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your grinding beak and saucer eyes

in every way unique


boneless   you have squeezed through

the gaps in evolution


your skin pulses colour

for every mood:


                 from Cephlapod by Martin Rieser 






Mary Anning


In Raqqa



The Peacemaker

Robert Lowell


Sir William Harvey examines a Witch

To the Wall




1 – BIOGRAPHY:  Martin Rieser


Martin Rieser is both a poet and visual artist. His interactive installations based on his poetry have been shown around the world, including Understanding Echo shown in Japan 2002, Hosts Bath Abbey 2006, Secret Door Invideo Milan 2006, The Street RMIT Gallery Melbourne 2008/ISEA Belfast 2009, Secret Garden, Phoenix Square 2012/Taipei 2013 and RUR at Glyndebourne in 2014 for REFRAME at the University of Sussex. He has developed mobile artworks using interactive text and image for Leicester, London and Athens and exhibited the Third Woman Interactive film in Vienna, Xian and New York.. He runs the Stanza poetry group in Bristol.







Mary Anning

Fossil hunter


They say I am the daughter of a lightning strike

which threw me into a new way of wonder.

The undercliff roared and rolled last night-


a fair dishing of rocks across the strand

and the Lias full of bones and shells.

I pray in chapel every Sunday for such a fall


for rain and wind to do the work

and the days in fret and mud to be worthwhile.

Poor Tray and I dug for hours and found


a long skull, which must surely sell.

The Bible is one truth, but not the only kind:

I know these bones will remake the world


breaking the old sureties with Deep Time.  

I will send this one to Colonel Birch,

a kind gentleman, who has used me well.




For Jacques Marie Charles Trolley Prévaux 

Born April 2, 1888 Died August 19 1944




What lives, drags itself

back to the ruined towns,

moves like trackless ants

over rubble and torn earth.


From the cockpit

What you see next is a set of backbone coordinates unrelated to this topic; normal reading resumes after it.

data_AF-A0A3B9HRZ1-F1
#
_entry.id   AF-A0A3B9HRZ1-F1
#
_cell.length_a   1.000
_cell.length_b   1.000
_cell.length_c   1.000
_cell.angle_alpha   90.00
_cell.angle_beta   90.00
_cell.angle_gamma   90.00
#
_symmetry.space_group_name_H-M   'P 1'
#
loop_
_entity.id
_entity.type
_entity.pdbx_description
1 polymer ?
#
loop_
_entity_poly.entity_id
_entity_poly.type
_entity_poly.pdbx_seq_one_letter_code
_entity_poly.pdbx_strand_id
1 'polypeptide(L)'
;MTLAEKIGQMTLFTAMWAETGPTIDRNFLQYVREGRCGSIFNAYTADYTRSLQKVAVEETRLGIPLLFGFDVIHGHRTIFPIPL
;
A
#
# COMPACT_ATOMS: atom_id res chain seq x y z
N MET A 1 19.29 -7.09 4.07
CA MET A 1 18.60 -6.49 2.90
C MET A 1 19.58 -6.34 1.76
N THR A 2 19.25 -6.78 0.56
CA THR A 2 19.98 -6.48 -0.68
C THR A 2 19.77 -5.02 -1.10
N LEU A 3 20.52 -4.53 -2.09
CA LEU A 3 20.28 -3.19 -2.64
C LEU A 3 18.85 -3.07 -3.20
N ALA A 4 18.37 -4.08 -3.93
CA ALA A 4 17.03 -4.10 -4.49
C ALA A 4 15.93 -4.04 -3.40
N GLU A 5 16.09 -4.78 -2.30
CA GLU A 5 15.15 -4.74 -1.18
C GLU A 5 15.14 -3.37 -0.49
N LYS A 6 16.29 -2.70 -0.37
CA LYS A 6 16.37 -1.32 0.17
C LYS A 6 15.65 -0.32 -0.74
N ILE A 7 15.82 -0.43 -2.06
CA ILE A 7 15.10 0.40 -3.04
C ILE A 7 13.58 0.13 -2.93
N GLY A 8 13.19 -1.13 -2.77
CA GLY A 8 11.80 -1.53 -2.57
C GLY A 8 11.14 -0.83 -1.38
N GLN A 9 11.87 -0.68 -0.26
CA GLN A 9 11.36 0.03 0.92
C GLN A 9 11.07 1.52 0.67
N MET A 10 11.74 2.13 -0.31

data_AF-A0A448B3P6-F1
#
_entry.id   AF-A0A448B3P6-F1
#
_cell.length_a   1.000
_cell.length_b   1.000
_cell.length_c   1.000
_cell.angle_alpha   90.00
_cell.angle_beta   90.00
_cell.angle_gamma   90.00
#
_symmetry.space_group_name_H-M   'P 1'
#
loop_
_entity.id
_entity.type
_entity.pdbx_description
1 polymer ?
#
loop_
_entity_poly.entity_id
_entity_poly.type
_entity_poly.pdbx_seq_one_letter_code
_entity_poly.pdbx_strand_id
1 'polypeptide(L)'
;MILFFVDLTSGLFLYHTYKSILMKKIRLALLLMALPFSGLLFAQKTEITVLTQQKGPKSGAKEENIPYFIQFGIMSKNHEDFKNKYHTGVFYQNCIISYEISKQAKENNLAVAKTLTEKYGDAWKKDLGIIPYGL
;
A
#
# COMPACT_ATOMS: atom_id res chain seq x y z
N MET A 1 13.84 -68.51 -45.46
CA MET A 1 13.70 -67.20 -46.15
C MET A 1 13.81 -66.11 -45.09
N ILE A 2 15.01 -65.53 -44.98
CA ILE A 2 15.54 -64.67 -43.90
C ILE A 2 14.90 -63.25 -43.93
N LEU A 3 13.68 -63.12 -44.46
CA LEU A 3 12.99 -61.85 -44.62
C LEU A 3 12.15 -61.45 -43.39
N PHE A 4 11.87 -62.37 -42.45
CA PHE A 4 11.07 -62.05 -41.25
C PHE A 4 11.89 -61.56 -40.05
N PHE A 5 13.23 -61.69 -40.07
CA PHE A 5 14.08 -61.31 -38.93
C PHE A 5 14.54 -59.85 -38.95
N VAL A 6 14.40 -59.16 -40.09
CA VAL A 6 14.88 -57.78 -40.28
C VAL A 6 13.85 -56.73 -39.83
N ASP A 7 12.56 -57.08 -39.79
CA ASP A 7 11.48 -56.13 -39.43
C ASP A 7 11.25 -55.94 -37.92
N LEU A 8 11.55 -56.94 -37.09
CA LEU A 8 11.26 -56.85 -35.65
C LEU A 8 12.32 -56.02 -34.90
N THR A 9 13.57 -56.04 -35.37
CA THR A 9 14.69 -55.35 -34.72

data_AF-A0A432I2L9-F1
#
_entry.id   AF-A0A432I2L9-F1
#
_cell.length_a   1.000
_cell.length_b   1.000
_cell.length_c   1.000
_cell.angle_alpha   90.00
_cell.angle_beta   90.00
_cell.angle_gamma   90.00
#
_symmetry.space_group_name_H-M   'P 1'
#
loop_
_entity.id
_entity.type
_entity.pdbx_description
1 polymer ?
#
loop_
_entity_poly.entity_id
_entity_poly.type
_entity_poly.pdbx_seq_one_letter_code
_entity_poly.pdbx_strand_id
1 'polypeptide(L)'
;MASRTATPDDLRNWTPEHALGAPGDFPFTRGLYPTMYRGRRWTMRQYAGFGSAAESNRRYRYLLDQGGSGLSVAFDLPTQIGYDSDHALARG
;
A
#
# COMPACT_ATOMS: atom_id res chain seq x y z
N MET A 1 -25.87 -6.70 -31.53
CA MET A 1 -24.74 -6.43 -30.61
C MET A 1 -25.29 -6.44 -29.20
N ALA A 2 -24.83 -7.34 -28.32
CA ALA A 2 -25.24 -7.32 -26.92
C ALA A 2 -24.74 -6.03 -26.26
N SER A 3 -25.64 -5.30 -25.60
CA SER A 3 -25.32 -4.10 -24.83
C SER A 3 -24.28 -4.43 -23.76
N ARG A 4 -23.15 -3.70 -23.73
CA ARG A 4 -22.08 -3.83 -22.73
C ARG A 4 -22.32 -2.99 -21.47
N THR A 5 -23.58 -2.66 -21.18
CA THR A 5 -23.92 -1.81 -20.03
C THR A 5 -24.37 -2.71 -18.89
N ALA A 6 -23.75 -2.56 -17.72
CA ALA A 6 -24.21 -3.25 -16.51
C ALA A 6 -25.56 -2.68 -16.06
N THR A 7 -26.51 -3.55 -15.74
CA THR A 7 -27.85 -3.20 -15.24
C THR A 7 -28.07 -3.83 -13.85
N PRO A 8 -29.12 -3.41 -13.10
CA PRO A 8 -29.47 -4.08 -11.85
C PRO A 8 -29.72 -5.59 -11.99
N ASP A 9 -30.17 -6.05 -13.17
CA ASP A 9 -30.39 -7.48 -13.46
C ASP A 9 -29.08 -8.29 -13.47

I can see trenches and shatterings,

all the tiny paraphernalia of death.


I wind the camera.

The plane’s shadow bubbles

over the front’s pocked

and futile corridor.




It was in the Marseille dazzle

when they came for us

dressed in stifling black.

I stared hard at the sun.


In Monluc there is no light

except the torturing electric spark ;

I climb through clouds of pain

to the blue silence.


If I could only go higher

I would see the curve

of this small planet

and the light of stars.


With the scent of burnt flesh,

of feathers,  I am ready

now for the long

wingless fall into silence.




In Raqqa

For Ruqia Hassan 1985-2015



If we pay attention to the soldered sky

it is spliced to the earth by imaginary ladders.


No one has shown us any love, except the graveyards.

No one has shown any compassion, except the graveyards.


If we pay attention to the staggered roofs

the music of smoke writes itself randomly.


End this darkness, these random acts of dislocation:

crucifixions in the squares, whippings on the corners.


If we pay attention to the street, metal rains down,

fire rains down, rubble falls and the jets pass.


The walls are painted black, blackness covers our heads,

even our hands are covered. Without dignity life is worthless.


If we pay attention to their words, they pierce like thorns,

their edicts hedge the city, our roses drop in the dust.


My soul is free but my body theirs to break as they will.

We shall not bend, but we will die tomorrow or today.




Zion made a Golem

from the river mud,

to defend the tribe



the words for God

into its clammy ear


awakening the beast

inside its icy heart.


Placed an axe

in its clayed hand

and whispered

all the words for death;


then pushed it

from the door.


The thunder of its step

gave no warning of intent.



Zion led it safely home,

unwound the magic from its brow,


reciting each word

as an alphabet of truth.


Locked its inert clay

within strong walls:

ready for service

in these endless wars.



Onto the road are thrown

the scraps of those who died

under the axe’s blinding swing:


a bundle of red clothes